How important is the health of your dog’s teeth and gums? Believe it or not it’s extremely important, not only for the daily activities of eating and chewing, but also for your furry friend’s overall health and well-being. Severe dental disease in dogs can be a very serious condition, especially as our canine kids get up in age and reach their senior years.
But it can also be fairly easily avoided. All it takes is Pet Parent awareness of the danger issues and how to prevent and treat them. A little knowledge and effort can go a long way in protecting the health of your pet.
What Is Canine Dental Disease?
Canine dental disease is also called periodontal disease which is a term that your veterinarian may use to describe tooth and gum problems in your pet. Unfortunately, this disease is an all-too-common condition in our canine companions with over 80% of dogs having the early stages of gum disease by age three.
The major cause of periodontal disease is bacterial plaque which continually forms on your dog’s teeth. Plaque is a colorless and sticky film that accumulates on the teeth and gums every time your pet eats a meal. Bacteria mixes with saliva to create the plaque which then coats the outside of the animal’s teeth. If the plaque remains on the teeth, within 5 days it will harden into tartar. A buildup of tartar on the pet’s teeth and gum line is what can lead to severe dental disease in dogs if left untreated.
Dogs are much more susceptible to dental disease than we humans are for two fundamental reasons. Firstly, a dog’s mouth is more alkaline than ours which encourages plaque formation. Secondly, most pets do not get the benefit of a good tooth brushing on a regular basis to fend off the effects of plaque accumulation.
Periodontal disease occurs in 4 stages. Severe dental disease in dogs can be considered at stage 3, although stage 4 is the most detrimental to your pet’s health. But the great news is that pet parent awareness can help treat and prevent this insidious disease from seriously affecting your dog’s health.
The 4 Stages of Canine Dental Disease in a Nutshell
Stage 1 is the earliest stage of canine dental disease. About the only signs that a pet parent may observe at this point is some swelling of the dog’s gums and perhaps a thin red line on the gums next to the teeth. This is due to inflammation in response to bacteria and tartar. The medical term for inflammation of the gums is gingivitis.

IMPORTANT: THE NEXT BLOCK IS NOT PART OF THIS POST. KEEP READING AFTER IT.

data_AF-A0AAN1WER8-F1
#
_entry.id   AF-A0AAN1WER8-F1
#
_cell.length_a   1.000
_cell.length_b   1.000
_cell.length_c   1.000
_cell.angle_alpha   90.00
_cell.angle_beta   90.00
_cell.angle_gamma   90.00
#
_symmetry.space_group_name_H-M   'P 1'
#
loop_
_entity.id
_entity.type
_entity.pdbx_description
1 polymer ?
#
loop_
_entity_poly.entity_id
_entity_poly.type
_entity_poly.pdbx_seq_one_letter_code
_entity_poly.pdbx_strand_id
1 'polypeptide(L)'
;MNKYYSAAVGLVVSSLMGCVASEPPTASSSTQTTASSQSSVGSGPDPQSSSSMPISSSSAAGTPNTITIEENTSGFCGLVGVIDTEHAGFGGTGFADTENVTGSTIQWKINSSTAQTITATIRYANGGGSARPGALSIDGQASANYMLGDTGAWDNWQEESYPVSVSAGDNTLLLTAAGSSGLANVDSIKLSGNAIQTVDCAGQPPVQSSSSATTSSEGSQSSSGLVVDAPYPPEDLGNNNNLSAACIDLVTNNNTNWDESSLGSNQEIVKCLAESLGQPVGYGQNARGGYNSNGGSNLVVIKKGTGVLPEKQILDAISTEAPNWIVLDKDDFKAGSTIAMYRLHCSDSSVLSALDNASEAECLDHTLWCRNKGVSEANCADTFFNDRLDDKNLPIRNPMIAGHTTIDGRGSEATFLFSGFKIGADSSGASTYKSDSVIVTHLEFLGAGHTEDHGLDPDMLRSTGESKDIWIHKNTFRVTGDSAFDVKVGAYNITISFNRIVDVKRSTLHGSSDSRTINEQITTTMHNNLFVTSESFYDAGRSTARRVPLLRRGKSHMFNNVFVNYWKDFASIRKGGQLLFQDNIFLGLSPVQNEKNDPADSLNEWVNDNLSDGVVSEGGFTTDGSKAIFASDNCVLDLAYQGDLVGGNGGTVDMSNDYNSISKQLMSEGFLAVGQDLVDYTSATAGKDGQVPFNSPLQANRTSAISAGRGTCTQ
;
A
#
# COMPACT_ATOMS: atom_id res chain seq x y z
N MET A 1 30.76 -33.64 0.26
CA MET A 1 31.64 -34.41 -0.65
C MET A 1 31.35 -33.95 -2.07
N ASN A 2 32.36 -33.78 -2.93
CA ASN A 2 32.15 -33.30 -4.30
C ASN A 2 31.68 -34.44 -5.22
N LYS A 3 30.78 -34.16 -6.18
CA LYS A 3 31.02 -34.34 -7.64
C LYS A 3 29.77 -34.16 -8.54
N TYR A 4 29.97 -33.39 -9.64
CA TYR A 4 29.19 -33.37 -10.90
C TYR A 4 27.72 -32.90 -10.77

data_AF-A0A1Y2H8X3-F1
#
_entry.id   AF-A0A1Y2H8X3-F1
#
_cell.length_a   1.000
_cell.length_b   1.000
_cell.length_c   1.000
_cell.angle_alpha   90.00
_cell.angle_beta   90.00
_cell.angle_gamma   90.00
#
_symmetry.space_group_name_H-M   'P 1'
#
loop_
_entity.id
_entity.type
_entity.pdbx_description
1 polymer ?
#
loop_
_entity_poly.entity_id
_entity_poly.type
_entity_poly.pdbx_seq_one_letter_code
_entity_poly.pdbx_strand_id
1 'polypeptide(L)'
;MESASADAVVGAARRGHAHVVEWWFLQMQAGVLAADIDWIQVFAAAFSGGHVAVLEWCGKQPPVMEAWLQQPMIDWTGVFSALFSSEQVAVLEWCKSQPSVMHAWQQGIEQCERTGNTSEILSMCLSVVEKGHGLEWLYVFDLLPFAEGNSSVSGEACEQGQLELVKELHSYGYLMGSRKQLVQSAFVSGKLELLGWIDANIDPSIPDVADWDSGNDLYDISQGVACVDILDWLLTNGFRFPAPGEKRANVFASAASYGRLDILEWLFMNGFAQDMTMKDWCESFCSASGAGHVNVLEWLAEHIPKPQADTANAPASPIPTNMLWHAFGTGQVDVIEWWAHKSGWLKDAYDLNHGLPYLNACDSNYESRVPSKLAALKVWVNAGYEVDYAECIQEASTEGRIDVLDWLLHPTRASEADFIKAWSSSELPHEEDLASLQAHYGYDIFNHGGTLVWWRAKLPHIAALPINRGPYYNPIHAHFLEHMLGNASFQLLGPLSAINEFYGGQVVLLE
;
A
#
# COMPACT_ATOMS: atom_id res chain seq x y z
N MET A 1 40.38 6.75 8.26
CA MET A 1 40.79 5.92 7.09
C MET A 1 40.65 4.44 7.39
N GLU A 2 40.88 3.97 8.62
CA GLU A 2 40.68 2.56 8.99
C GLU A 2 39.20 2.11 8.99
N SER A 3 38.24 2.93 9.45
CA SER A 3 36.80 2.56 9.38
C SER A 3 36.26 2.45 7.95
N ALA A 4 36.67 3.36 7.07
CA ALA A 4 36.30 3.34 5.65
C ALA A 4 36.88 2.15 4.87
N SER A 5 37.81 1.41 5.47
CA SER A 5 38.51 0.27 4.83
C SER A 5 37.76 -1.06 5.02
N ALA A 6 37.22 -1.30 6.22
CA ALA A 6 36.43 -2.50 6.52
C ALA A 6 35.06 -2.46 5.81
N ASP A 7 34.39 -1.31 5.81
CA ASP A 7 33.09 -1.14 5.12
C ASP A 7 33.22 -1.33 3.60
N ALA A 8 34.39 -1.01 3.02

Stage 2 is also known as early periodontitis. At this stage you may notice some tartar buildup on your dog’s teeth near the gum line. Tartar is a brown or yellow colored hard deposit that is strongly bonded to the tooth enamel. You may also notice bad breath, as well as gingivitis. If your veterinarian were to x-ray your pet’s mouth at this point, there would be a small amount of bone loss (less than 25%) of the supporting structures of the teeth.
Stage 3 is known as moderate periodontitis and this is when serious dental damage begins to occur in the dog’s mouth. Periodontal ‘pockets’ will begin to form which is where the tooth slowly detaches from the gum and a space becomes visible. The gums will be inflamed and swollen and you may notice some bleeding as well as very bad breath. You will likely notice a significant build-up of brown tartar on the teeth. Oral radiographs would show 25 to 50% bone loss, and at this point, the pet is experiencing significant pain.
Stage 4 of canine dental disease is of course considered to be extreme periodontal disease and this stage is downright dangerous for any dog. Allowing it to progress to this phase puts your pet at risk not only for losing multiple teeth, but also for life-threatening systemic infection and damage to vital internal organs. The systemic infection is due to bacteria entering the dog’s bloodstream from the mouth and spreading throughout the body. Bone loss of mouth structures at this stage is 50% or higher and the animal is in severe pain. The dog’s breath will be foul and he or she may stop eating altogether.
Pet Parent Awareness is Key